Grit (a book review)
Have you read the book ‘Grit: The Power of Passion and Perseverance’ by behavioral psychologist and 2013 MacArthur Fellowship winner Angel Duckworth? It’s worth your time.
As you know, this blog is about how to recognize the intangible traits that predict founder success, so obviously behavioral psychology is an important source of theory and study.
The two big ideas in this book are that grit predicts success more reliably than talent or I.Q. and that anyone, man or woman, adult or child, can learn to be gritty.
As I read the book it occurred to me that it serves as a way of framing things I have heard before. For example, Thomas Edison said that success is 10% inspiration and 90% perspiration. Malcolm Gladwell, a personal favorite, says it takes 10,000-hours to become great at something. Woody Allen says that 80% of life is showing up. Each thought here is about perseverance. Angela Duckworth calls this type of perseverance “grit.”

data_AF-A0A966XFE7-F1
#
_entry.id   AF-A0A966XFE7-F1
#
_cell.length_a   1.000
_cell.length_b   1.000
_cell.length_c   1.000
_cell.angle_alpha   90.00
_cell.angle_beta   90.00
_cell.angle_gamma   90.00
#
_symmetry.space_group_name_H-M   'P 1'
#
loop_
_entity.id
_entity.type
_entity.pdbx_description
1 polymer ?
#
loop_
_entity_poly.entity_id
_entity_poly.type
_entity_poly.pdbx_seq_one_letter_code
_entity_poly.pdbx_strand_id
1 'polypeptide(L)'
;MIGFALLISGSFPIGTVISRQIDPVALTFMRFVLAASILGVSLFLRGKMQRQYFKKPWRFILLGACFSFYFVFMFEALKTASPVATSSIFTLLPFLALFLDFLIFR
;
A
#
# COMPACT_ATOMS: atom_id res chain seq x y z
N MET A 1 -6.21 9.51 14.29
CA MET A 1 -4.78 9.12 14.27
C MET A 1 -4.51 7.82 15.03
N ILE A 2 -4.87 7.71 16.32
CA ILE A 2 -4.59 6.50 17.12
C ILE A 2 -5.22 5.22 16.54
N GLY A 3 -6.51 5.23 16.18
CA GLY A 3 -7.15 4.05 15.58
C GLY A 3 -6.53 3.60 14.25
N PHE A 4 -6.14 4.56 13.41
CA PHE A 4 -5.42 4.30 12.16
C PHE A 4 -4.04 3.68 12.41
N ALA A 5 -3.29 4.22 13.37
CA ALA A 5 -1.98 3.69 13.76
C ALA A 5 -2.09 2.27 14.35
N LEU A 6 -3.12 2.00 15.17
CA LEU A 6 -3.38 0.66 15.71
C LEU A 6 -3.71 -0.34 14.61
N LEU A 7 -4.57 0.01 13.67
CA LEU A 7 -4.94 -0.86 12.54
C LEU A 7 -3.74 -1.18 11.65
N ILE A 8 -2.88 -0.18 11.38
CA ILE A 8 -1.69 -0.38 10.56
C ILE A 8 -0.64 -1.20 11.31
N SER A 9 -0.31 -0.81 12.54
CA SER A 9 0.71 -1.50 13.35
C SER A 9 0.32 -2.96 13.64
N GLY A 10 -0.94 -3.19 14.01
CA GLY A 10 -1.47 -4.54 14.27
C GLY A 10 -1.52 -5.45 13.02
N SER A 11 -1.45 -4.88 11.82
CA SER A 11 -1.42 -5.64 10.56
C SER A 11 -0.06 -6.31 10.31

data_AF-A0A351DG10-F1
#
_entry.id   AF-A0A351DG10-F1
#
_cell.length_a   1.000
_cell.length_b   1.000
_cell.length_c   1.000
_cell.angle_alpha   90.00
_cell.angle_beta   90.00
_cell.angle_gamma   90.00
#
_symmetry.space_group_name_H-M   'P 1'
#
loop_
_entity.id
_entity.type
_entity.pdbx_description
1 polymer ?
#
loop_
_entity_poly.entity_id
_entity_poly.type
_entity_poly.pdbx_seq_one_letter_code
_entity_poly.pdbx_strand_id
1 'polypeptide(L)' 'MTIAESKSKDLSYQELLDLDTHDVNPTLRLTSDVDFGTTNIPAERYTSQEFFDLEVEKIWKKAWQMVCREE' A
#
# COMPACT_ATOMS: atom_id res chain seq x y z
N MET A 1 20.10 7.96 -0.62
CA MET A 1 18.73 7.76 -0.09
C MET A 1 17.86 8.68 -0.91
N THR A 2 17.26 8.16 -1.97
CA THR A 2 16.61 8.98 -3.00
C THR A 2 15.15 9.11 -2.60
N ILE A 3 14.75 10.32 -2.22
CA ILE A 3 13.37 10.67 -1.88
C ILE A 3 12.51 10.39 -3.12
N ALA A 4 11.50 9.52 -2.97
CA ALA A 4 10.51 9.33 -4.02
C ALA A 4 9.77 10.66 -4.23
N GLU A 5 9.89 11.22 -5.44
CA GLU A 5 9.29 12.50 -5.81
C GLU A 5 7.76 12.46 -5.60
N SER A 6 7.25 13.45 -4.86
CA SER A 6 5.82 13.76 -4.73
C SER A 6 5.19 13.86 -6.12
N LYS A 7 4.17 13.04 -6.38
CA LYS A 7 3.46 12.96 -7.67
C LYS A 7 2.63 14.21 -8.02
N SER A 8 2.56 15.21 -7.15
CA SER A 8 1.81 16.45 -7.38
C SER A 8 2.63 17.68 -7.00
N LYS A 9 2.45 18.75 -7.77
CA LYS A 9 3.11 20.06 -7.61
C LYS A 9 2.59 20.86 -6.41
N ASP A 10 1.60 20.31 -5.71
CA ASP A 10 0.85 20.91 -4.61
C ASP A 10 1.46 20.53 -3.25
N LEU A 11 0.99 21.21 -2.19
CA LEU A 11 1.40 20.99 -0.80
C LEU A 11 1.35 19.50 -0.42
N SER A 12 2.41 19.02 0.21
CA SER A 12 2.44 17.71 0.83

The book lays out how she measures grit and then how her research correlates the grit measurements to success. The book has received a lot of attention and commentary, and the reason, I think, is that she pushes the discussion further with a little more scientific rigor than most others. Although to be fair she is not the first to study perseverance. Anyone can go online and measure themselves on the 'grit scale'. They can compare themselves to others that have been successful.
The book explores the fact that some of us are able to persevere in the face of adversity, while others with the same talent and same goals, just don’t. Grit makes clear that talent exists (defining talent as the rate in which a person learns with effort), but argues "a focus on talent distracts us from something that is at least as important, and that is effort". While not strictly measureable, the book lays out an interesting hypothesis:
Given: Talent + Effort = Skill
Given: Skill + Effort = Achievement
Therefor: Talent + Effort squared = Achievement
In addition, the book contains interesting anecdotes about successful people and the grit they have demonstrated. These are patterns that can be helpful in determining the grit in others. The book also discusses the importance of cultivating other character strengths (e.g., humility, social intelligence, kindness, etc.) for success in life.
I’d say the author has created a nice blueprint for identifying life goals and how to achieve them.